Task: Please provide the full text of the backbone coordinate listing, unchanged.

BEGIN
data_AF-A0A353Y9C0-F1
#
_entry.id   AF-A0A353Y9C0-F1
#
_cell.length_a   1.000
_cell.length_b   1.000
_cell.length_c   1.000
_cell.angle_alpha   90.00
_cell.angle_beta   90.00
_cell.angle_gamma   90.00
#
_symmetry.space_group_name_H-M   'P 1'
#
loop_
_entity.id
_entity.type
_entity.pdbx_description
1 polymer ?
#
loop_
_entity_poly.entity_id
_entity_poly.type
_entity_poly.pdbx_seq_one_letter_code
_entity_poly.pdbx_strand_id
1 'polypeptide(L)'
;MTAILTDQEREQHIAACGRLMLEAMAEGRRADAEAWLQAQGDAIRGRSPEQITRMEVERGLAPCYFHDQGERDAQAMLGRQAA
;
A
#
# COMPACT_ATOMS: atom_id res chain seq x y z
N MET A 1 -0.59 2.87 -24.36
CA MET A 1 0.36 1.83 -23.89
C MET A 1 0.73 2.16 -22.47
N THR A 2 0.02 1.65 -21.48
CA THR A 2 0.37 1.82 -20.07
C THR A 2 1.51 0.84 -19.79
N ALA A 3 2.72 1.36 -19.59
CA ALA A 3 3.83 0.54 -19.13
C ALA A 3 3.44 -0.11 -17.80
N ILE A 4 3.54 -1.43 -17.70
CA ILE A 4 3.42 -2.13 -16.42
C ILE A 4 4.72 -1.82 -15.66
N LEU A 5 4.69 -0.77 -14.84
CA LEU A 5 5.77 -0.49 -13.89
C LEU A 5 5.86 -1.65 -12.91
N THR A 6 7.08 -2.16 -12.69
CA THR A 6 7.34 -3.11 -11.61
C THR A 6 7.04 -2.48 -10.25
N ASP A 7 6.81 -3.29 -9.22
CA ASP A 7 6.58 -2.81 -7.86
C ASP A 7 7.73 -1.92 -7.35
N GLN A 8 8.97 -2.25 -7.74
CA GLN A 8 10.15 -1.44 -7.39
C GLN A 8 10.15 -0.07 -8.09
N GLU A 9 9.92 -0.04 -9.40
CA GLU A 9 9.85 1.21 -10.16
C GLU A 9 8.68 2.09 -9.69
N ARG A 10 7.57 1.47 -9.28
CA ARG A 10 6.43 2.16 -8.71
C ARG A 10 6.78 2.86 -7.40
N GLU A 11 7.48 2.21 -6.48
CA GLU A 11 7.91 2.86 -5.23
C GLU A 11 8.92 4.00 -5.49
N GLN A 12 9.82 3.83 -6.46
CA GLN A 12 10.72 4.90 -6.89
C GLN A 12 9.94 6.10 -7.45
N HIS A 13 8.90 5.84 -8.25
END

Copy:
data_AF-A0A353Y9C0-F1
#
_entry.id   AF-A0A353Y9C0-F1
#
_cell.length_a   1.000
_cell.length_b   1.000
_cell.length_c   1.000
_cell.angle_alpha   90.00
_cell.angle_beta   90.00
_cell.angle_gamma   90.00
#
_symmetry.space_group_name_H-M   'P 1'
#
loop_
_entity.id
_entity.type
_entity.pdbx_description
1 polymer ?
#
loop_
_entity_poly.entity_id
_entity_poly.type
_entity_poly.pdbx_seq_one_letter_code
_entity_poly.pdbx_strand_id
1 'polypeptide(L)'
;MTAILTDQEREQHIAACGRLMLEAMAEGRRADAEAWLQAQGDAIRGRSPEQITRMEVERGLAPCYFHDQGERDAQAMLGRQAA
;
A
#
# COMPACT_ATOMS: atom_id res chain seq x y z
N MET A 1 -0.59 2.87 -24.36
CA MET A 1 0.36 1.83 -23.89
C MET A 1 0.73 2.16 -22.47
N THR A 2 0.02 1.65 -21.48
CA THR A 2 0.37 1.82 -20.07
C THR A 2 1.51 0.84 -19.79
N ALA A 3 2.72 1.36 -19.59
CA ALA A 3 3.83 0.54 -19.13
C ALA A 3 3.44 -0.11 -17.80
N ILE A 4 3.54 -1.43 -17.70
CA ILE A 4 3.42 -2.13 -16.42
C ILE A 4 4.72 -1.82 -15.66
N LEU A 5 4.69 -0.77 -14.84
CA LEU A 5 5.77 -0.49 -13.89
C LEU A 5 5.86 -1.65 -12.91
N THR A 6 7.08 -2.16 -12.69
CA THR A 6 7.34 -3.11 -11.61
C THR A 6 7.04 -2.48 -10.25
N ASP A 7 6.81 -3.29 -9.22
CA ASP A 7 6.58 -2.81 -7.86
C ASP A 7 7.73 -1.92 -7.35
N GLN A 8 8.97 -2.25 -7.74
CA GLN A 8 10.15 -1.44 -7.39
C GLN A 8 10.15 -0.07 -8.09
N GLU A 9 9.92 -0.04 -9.40
CA GLU A 9 9.85 1.21 -10.16
C GLU A 9 8.68 2.09 -9.69
N ARG A 10 7.57 1.47 -9.28
CA ARG A 10 6.43 2.16 -8.71
C ARG A 10 6.78 2.86 -7.40
N GLU A 11 7.48 2.21 -6.48
CA GLU A 11 7.91 2.86 -5.23
C GLU A 11 8.92 4.00 -5.49
N GLN A 12 9.82 3.83 -6.46
CA GLN A 12 10.72 4.90 -6.89
C GLN A 12 9.94 6.10 -7.45
N HIS A 13 8.90 5.84 -8.25